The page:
Perhaps you could elaborate on these in the main thread, so that we do not split the discussion too much. I should try to keep out of this one, I guess.

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Then you probably should have said so.

Then you probably shouldn’t have explicitly told us to look at Glass (and Wahlberg) for your argument:

For readers who just want to understand the basic argument, the papers by David Glass9 (Ulster University) and Mats Wahlberg10 (Umeå University) provide good commentary on the structure of the argument. Glass’ paper focuses on the issue of conjunctive explanations, whereas Wahlberg focuses on the philosophy of religion and the problem of evil. Zachary Ardern’s introduction also provides a good overview of the discussion.11

I would also point out that the fact you spent somewhere in excess of two and a half thousand words without actually articulating your own argument would seem both excessive and confusing:

I might not even have bothered reading Glass’s article at all, if I hadn’t posted about its existence in response to John. I likewise found your essay to be less-than-informative, and tend to make ‘signal-to-noise’ evaluations on whether to read further. Glass added a further five to six thousand words. Now I’m apparently expected to read an entire 234-page book? No thank you.

You also appear to misunderstand the episodic nature of a forum thread. We don’t tend to go back and heavily revise old posts. If we think that we have something more to add, then we would post a follow-up. However, I wasn’t even looking for that section – I simply stumbled upon it while looking for something else (I can’t now remember what), read it, found it neither compelling, nor particularly interesting, so I went back to what I was looking for.

Finally, I would point out that I’m not some university post-doc paid to read books like yours. This is on my own time, and their is no compulsion on me to spend any significant time preparing a response to an articulation of your argument that appeared simply longer and more convoluted without being appreciably better.

No, I would suggest that your problem is that you have come to this forum, with a preponderance of biologists, to talk about a claim related to the core theory in biology, but failed in your essay to engage the biological aspects of your claim, and appear to have had minimal engagement with biology beyond what ID has exposed you to.


You said that biologists “talk about” what you termed “laws of form”, but seem unable to provide either the ‘terminology’ that biologists themselves use to describe it, or to describe the meaning of this term to biologists. This merits very well-earned skepticism.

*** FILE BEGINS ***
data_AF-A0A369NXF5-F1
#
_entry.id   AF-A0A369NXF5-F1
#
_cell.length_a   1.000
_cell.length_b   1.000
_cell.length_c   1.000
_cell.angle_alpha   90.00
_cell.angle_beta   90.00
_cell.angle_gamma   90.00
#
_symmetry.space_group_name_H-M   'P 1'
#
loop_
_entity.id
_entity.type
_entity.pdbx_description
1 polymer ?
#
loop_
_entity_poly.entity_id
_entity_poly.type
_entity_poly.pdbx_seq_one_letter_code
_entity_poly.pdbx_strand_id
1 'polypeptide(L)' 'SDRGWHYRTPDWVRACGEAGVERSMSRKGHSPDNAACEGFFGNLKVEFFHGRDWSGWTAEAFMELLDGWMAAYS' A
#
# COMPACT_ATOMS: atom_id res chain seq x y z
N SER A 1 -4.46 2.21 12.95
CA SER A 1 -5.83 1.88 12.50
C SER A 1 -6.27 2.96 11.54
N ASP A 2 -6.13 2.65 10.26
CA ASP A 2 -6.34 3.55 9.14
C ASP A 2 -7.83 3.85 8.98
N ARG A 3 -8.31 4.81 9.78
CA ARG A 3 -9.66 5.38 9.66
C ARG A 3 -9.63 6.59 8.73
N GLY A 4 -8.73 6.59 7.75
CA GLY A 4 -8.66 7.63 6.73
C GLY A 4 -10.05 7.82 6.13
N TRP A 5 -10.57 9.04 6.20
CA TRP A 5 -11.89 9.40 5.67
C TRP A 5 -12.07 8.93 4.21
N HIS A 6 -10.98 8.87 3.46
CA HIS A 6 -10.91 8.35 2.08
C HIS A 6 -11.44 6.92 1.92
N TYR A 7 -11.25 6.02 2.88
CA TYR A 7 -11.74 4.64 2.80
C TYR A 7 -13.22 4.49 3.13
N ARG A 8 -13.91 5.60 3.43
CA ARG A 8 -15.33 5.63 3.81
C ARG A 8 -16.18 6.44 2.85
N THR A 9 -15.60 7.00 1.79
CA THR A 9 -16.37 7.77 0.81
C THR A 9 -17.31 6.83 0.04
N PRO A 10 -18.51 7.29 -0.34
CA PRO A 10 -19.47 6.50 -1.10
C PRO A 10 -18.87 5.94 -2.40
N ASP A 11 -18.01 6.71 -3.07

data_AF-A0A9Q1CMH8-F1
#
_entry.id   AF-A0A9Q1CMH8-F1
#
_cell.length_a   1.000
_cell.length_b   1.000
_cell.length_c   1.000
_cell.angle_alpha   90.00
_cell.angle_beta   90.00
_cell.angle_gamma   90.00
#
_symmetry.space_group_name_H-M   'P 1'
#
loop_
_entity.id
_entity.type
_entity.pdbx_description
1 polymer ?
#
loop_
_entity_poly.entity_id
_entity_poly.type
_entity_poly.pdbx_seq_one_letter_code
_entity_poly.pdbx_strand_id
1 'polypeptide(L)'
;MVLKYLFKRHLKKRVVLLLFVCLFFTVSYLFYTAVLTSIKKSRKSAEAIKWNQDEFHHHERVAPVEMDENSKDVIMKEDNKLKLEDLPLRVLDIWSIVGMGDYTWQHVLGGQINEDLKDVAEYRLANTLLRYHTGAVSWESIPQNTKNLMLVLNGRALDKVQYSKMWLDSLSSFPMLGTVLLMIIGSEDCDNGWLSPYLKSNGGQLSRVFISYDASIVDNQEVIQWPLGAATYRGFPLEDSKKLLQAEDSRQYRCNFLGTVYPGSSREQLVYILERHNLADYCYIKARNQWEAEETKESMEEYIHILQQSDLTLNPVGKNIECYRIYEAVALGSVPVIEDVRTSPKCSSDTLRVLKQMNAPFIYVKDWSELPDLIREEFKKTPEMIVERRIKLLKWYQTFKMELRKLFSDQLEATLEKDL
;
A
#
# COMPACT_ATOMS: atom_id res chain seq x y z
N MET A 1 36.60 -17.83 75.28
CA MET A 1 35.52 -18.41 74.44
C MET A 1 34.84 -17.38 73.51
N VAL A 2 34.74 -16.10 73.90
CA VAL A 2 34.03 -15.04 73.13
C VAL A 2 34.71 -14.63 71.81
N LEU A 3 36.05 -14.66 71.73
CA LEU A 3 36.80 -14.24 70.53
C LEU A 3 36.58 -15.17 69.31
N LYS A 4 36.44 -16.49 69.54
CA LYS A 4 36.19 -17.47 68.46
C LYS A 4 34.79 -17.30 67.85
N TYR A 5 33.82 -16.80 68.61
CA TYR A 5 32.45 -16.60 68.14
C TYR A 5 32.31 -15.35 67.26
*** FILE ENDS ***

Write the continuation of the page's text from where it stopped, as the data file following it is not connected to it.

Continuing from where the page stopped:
I would also ask that, if we are indeed dealing with “cross-discipline terminological confusion”, what discipline uses the term “laws of form”, and can you please provide us with some examples of its use?

I would suggest that in order to make such an ‘evaluation’, you first need an accurate appreciation of what evolution is, which (i) is a purely scientific issue, and (ii) is NOT something that can be gained via a group of anti-evolution polemicists, such as the Intelligent Design movement.

Then you have woefully misread your audience. [For the avoidance of doubt, by “your audience”, I meant an audience made up of a preponderance of biologists.]

The “names” I’ve mentioned aren’t anything close to sufficient to allow a reader to discern what you mean by “laws of form” – particularly as the ones I’ve read give no indication of proposing any biological law at all!

Lacking any apparent scientific grounding for your philosophising, it is hardly surprising. It renders your claims untethered.


The Intelligent Design movement has no existence except in reference to (and opposition to) the scientific field of Evolutionary Biology. This can be seen from (i) the frequency of their books having “Darwin” or “Evolution” in their title, and (ii) the fact that the majority of their arguments are arguments against the sufficiency of evolution to explain the observed biodiversity.

It is the idea of design that is attempting to overturn 160 years of scientific research on evolution, not the other way around.

Therefore all this is primarily an argument about science. And, as I have said before, you cannot have an argument about science without first accurately characterising the science you are arguing about. Which nobody here appears to think you have done.